There’s been lots of talk lately, from Gov. John Bel Edwards right on down, over whether Louisiana’s politics are becoming more like Washington’s.
Edwards’ contention, backed by many fellow Democrats and more than a few Republicans, is that state government is drifting away from a historic nonpartisanship and toward a system in which party trumps all. We’re not at all-out stalemate yet, and there are plenty of people on both sides of the aisle working to prevent such an occurrence, on the budget and other matters. But it’s not hard to envision a path from here to there.
By another measure, though, Louisiana seems even closer to crossing the line into Washington-style politics. Not even six months into Edwards’ and the newly elected Legislature’s four-year terms, we’re already starting to see signs of a permanent campaign.
That, of course, is how things have played out in the nation’s Capitol in recent years, at least since U.S. Senate Republican leader Mitch McConnell vowed in 2010 to make Barack Obama a one-term president.
It’s also how things are playing out right now in Baton Rouge.
Much of that has to do with Edwards’ unexpected and decisive victory, courtesy of an electorate that hadn’t sent a Democrat to statewide office since 2008.
There are Republicans who view his easy win as an aberration, a situation-specific occurrence driven by the personal flaws of GOP runoff candidate David Vitter. According to this theory, electing a Republican in four years would amount to a return of the natural order, so might as well set the stage now.
Whether or not you agree, it’s certainly fair to say that Edwards is no shoo-in in 2019, given both the state’s partisan leanings and the difficult choices he’s been forced to make to clean up the financial mess he inherited.
And if anything, the fight over how to close the $3 billion, two-year budget gap Edwards found once he took office has accelerated the trend. What better way to weaken the governor than to paint him as a knee-jerk tax-and-spender, even if the man who oversaw the crisis’ creation was none other than Republican ex-Gov. Bobby Jindal?
Many Republicans in the Legislature are working with the governor to try to fix the problem and raise money for programs facing big cuts. But some more partisan members, along with outside groups such as the Louisiana Republican Party and Americans for Prosperity, have been loudly amplifying the conservative message against Edwards and, in some cases, threatening to politically punish Republican lawmakers who stray and back new taxes.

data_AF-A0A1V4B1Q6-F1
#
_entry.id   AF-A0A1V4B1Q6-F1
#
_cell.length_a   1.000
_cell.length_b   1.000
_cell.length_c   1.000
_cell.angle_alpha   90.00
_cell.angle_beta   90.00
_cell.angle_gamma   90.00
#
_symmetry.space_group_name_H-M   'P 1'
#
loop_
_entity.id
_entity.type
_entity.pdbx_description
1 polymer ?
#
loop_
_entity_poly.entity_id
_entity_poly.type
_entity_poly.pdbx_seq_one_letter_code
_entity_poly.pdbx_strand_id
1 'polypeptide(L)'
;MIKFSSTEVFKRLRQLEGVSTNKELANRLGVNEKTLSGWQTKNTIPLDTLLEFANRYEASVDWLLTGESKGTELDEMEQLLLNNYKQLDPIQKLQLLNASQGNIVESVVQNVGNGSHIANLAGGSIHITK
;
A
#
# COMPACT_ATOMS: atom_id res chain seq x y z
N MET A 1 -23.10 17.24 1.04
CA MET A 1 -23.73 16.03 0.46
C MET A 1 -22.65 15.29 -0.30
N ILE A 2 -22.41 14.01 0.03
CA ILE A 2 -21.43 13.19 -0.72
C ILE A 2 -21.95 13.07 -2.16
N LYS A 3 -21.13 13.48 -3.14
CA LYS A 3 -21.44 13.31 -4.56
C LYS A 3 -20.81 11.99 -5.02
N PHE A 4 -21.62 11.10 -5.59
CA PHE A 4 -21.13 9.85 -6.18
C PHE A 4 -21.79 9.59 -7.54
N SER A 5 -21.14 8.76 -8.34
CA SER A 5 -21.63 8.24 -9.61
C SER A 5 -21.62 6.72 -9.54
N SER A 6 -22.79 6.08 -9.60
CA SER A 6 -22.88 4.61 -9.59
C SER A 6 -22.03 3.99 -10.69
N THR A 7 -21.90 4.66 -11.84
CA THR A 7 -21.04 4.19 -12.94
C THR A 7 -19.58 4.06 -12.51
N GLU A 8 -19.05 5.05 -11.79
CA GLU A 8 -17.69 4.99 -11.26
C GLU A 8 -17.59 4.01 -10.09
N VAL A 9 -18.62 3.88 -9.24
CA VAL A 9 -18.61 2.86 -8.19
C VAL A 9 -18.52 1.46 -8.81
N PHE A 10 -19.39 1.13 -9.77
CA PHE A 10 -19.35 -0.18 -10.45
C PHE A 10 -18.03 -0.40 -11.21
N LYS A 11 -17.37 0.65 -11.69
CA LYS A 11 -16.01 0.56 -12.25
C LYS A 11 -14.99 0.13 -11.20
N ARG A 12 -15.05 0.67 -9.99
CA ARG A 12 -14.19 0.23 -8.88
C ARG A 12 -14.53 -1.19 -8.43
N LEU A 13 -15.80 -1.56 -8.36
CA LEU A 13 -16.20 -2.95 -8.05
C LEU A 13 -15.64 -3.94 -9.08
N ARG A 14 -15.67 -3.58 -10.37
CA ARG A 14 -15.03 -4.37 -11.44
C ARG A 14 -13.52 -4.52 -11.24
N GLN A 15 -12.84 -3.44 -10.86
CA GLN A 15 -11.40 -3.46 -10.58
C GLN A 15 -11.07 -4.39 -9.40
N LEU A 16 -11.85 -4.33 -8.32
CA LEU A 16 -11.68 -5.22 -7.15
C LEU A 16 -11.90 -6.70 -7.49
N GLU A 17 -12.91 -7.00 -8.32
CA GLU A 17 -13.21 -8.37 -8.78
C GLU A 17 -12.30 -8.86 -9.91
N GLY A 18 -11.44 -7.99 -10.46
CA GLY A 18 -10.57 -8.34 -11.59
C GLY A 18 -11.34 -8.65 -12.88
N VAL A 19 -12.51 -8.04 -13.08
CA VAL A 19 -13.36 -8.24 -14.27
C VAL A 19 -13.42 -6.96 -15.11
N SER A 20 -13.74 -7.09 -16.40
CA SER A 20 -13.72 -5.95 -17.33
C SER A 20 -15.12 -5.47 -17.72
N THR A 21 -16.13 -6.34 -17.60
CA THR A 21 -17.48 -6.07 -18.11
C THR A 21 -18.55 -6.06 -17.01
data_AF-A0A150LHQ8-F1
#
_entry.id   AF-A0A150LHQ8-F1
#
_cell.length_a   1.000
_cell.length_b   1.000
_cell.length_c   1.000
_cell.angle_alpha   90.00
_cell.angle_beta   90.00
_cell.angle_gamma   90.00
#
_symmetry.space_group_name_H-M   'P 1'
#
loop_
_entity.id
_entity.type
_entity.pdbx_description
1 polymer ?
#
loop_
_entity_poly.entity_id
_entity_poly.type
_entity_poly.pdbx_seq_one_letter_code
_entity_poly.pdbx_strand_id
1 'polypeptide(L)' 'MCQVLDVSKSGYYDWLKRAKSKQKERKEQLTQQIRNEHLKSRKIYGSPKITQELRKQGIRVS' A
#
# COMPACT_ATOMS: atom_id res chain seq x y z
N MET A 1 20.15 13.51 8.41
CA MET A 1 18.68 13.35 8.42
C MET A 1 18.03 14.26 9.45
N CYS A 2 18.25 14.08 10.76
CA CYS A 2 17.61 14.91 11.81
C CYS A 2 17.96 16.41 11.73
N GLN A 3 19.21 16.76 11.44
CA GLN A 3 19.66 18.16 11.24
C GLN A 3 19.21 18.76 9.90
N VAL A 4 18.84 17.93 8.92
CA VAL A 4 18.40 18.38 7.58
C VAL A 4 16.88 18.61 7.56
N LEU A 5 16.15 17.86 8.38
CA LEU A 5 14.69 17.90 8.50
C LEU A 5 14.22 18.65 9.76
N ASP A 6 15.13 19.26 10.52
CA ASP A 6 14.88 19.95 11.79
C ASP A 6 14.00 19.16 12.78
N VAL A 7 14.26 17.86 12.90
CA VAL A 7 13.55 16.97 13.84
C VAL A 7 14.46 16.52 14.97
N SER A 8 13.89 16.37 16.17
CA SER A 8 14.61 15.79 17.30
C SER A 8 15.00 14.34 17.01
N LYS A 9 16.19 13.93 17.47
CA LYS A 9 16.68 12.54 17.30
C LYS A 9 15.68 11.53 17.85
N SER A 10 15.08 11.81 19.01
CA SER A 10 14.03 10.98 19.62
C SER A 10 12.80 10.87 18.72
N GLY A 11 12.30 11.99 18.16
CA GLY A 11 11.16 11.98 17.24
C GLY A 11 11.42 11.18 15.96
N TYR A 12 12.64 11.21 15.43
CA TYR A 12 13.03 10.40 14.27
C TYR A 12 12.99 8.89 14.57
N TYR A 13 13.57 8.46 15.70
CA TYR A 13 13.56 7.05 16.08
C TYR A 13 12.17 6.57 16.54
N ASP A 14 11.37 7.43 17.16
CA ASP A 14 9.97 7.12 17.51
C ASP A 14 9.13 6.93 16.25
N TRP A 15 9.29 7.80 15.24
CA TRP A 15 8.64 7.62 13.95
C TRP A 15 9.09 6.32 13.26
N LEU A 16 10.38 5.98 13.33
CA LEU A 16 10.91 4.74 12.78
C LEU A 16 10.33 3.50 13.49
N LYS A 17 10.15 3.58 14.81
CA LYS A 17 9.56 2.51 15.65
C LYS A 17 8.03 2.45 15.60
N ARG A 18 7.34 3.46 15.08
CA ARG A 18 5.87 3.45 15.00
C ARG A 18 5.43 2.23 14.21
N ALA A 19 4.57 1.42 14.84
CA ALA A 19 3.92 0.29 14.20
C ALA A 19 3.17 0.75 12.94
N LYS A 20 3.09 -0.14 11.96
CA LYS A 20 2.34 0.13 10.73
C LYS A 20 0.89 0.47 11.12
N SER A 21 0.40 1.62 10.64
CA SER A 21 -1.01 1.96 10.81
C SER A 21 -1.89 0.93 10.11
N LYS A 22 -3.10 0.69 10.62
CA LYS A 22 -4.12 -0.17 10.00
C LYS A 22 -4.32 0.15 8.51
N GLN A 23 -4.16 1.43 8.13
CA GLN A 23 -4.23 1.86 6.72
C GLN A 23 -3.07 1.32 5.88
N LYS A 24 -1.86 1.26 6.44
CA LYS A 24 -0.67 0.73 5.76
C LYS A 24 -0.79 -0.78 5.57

Meanwhile, newly elected Attorney General Jeff Landry immediately started positioning himself as something of a GOP counterpoint to the governor, particularly on issues that are important to social conservatives. He denies he’s looking at a challenge to Edwards, for what that’s worth, but he surely isn’t the only Republican who smells opportunity.
Edwards is playing the game, too. He set up an outside political group to help make his case that the state needs more revenue to pay for the things constituents from both parties want, from state hospitals to the Taylor Opportunity Program for Students college scholarships.
Like the conservative groups, the pro-Edwards Rebuild Louisiana is using campaign techniques; one recent phone bank call urged constituents of Democratic House Ways and Means Committee Chairman Neil Abramson, who represents a liberal district but has bucked Edwards on several budget votes, to leave voicemail messages at his office expressing their displeasure.
The irony of all this early jockeying is that some of the very same politicians are putting off the really tough calls until later in the term.
During the first special legislative session, lawmakers plugged budget holes with a number of temporary taxes that will expire in 2018, just a year before the next election.
Politicians from both parties are promising real structural reform by then, and who knows? Maybe they’ll muster the will to deliver.
If not, the political posturing will make what we’re seeing now seem like child’s play.